Divorce can be difficult for people at any age, but multiple studies show that divorcing after the age of 50 causes some particular challenges. The divorce rate for people in this age group is twice as high as it was in 1990, but people in Texas who get a so-called "gray divorce" may struggle emotionally and financially afterwards.
One study found that depression rates for older people who divorced was higher than for people who were widowed. Others have associated divorce with such health risks as high blood pressure and weight gain. Financially, the toll for women can be especially serious. According to a 2017 study, women 63 and older who have been through divorce at a later age have a higher poverty rate of 27%. According to another study, the standard of living for men following a gray divorce drops 21% while the decrease is 45% for women.
One problem is that older adults simply do not have as much time left in the workplace to recover financially, and their retirement suffers as a result. Another study reported that finding a new partner can help with both depression and finances, but just 37% of men and 22% of women find a new partner in the decade following a gray divorce.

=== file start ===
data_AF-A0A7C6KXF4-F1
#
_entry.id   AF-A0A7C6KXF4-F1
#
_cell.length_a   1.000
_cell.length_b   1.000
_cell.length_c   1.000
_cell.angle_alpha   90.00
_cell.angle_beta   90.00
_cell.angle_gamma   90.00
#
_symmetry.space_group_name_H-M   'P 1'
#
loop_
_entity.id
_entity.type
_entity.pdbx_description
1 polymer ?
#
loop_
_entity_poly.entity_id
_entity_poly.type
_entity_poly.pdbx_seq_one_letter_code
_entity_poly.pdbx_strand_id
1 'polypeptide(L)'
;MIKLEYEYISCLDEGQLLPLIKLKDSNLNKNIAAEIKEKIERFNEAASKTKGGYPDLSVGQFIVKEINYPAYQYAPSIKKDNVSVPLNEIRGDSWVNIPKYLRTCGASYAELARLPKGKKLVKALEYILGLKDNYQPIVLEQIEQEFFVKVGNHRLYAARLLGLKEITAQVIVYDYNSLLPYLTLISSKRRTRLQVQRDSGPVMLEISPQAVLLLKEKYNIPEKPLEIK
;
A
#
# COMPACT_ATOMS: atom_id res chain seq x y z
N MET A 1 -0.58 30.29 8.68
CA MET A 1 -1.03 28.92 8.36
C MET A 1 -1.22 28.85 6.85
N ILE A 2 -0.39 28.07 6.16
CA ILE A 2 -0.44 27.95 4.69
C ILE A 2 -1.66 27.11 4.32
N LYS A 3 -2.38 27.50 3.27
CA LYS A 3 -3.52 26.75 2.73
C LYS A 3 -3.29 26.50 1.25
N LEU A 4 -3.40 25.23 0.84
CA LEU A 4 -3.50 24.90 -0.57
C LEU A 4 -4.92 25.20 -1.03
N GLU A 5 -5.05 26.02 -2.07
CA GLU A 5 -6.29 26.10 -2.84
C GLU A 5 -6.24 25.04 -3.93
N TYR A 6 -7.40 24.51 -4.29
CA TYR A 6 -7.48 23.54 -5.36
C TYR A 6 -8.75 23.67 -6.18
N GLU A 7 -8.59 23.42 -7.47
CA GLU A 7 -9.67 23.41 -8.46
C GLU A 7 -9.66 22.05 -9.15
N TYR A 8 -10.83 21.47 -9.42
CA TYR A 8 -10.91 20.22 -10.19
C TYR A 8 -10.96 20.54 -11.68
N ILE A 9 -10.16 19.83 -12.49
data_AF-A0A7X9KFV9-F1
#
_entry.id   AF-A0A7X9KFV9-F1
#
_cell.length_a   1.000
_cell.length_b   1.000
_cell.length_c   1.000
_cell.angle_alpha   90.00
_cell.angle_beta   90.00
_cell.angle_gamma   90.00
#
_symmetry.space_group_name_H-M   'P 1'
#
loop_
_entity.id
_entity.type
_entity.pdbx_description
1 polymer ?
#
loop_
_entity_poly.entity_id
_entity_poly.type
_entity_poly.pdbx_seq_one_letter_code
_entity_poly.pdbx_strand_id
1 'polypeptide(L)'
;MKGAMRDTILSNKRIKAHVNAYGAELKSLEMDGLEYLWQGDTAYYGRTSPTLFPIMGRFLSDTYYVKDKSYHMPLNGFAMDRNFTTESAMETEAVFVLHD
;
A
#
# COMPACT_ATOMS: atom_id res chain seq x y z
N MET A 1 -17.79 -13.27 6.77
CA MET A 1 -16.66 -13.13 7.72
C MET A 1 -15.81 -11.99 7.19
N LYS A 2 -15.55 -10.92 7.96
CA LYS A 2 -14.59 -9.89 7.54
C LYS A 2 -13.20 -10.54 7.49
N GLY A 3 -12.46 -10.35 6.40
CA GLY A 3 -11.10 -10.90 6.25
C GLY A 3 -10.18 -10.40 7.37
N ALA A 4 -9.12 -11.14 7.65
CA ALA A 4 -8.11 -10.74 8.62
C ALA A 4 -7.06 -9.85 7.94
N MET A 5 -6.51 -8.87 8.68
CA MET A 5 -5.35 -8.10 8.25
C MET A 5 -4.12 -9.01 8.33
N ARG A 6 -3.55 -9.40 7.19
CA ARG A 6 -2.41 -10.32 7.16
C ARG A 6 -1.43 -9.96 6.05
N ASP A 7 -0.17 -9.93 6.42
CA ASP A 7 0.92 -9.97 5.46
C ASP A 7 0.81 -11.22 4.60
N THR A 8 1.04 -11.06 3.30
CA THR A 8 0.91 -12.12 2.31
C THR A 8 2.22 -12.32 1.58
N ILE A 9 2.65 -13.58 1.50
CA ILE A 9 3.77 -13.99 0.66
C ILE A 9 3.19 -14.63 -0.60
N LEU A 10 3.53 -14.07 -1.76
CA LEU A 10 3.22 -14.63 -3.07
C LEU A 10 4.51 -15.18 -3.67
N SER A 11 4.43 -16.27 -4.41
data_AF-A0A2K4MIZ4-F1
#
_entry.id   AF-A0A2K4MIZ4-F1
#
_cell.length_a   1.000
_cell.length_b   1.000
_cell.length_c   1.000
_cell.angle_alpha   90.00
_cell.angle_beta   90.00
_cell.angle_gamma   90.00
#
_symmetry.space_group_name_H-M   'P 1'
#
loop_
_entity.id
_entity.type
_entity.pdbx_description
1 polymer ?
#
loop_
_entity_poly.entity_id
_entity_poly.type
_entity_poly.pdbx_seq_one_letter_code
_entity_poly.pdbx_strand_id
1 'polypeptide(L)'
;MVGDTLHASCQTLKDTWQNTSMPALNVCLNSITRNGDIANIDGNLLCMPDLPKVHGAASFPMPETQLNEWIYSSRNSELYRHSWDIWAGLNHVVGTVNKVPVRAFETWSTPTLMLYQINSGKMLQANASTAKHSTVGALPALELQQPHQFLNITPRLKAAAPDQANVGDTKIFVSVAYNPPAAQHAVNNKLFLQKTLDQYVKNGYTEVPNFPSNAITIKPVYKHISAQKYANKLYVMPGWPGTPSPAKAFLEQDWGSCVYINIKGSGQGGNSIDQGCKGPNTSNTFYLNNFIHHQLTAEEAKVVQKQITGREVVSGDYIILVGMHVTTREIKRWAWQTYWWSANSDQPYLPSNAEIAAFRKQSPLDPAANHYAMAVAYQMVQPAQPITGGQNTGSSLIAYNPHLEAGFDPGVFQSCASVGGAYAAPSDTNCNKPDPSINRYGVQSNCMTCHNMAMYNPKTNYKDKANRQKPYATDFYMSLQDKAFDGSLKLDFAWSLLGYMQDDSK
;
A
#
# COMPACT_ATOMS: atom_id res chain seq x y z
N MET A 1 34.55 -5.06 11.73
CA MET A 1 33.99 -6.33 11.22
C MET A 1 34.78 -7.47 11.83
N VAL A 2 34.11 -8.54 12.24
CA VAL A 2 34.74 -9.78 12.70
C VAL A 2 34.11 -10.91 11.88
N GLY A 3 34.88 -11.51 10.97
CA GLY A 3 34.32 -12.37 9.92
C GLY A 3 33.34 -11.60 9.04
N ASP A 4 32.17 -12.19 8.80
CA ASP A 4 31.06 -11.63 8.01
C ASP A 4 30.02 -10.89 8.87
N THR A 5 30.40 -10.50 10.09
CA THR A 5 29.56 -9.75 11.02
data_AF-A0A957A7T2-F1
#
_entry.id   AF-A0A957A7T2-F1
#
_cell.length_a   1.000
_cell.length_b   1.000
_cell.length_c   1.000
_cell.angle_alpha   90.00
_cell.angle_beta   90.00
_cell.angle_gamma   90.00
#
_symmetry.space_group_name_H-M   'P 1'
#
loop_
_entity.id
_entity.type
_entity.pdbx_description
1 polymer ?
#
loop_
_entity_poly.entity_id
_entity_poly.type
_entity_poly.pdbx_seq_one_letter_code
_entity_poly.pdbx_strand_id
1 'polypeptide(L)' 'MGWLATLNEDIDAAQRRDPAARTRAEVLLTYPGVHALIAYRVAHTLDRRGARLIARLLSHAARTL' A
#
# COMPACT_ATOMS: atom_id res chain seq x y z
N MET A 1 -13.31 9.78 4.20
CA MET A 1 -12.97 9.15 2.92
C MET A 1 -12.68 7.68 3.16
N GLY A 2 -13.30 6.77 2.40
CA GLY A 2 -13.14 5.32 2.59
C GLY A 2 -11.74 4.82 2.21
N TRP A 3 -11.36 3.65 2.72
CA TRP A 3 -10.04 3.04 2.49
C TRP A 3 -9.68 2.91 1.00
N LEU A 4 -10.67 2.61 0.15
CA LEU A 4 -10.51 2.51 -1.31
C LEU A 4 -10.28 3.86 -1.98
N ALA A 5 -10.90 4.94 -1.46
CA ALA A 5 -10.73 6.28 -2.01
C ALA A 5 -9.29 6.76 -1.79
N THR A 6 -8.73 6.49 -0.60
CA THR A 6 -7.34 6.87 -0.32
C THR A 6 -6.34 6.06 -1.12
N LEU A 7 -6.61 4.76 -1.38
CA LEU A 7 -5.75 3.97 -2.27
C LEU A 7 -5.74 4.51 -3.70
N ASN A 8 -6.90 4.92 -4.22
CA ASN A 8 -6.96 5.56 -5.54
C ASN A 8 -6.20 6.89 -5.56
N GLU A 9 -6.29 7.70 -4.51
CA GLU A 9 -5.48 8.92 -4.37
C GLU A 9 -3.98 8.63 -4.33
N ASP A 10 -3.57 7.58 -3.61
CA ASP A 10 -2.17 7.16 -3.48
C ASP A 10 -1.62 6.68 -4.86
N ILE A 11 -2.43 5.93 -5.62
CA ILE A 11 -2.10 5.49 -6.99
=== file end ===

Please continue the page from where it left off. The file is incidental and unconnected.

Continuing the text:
People of all ages should make an effort to protect themselves financially in a divorce. One important step is understanding the family finances. In some families, one spouse largely handles the money, and this can leave the other spouse at a disadvantage in a divorce. Understanding how expenses may reduce the value of an asset is also important. For example, a savings account may yield more than a retirement account of the same value if there are penalties and taxes on withdrawals from the retirement account.